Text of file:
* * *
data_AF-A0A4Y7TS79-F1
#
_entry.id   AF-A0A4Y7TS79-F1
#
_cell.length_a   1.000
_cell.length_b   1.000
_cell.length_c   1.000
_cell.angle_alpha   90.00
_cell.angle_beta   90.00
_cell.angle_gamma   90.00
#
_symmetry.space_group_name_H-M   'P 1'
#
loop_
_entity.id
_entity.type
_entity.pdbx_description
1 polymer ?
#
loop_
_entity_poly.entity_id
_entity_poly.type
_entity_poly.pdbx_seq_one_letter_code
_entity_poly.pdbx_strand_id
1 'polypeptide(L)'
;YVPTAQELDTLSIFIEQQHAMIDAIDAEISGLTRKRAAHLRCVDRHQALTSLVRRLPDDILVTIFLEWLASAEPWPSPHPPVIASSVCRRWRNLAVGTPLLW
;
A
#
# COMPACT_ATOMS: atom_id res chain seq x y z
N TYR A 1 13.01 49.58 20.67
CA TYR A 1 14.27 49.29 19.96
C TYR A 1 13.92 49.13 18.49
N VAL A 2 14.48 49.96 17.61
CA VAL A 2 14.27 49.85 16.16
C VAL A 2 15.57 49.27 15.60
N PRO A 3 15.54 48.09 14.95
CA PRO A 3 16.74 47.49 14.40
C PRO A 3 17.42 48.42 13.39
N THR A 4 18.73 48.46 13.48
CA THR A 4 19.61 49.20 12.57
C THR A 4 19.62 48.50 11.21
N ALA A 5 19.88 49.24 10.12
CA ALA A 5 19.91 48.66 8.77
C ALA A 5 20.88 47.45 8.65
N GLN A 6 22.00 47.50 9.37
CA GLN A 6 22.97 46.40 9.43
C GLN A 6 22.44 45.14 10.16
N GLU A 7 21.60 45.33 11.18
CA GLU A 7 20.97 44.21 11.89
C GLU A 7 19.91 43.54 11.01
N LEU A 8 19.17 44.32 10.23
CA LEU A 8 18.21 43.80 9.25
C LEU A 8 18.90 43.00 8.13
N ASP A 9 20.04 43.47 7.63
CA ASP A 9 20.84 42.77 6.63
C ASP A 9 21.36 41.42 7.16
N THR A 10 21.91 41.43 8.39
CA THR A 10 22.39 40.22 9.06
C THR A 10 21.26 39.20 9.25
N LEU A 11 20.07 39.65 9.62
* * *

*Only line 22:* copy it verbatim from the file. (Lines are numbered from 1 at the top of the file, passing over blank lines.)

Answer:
_entity_poly.type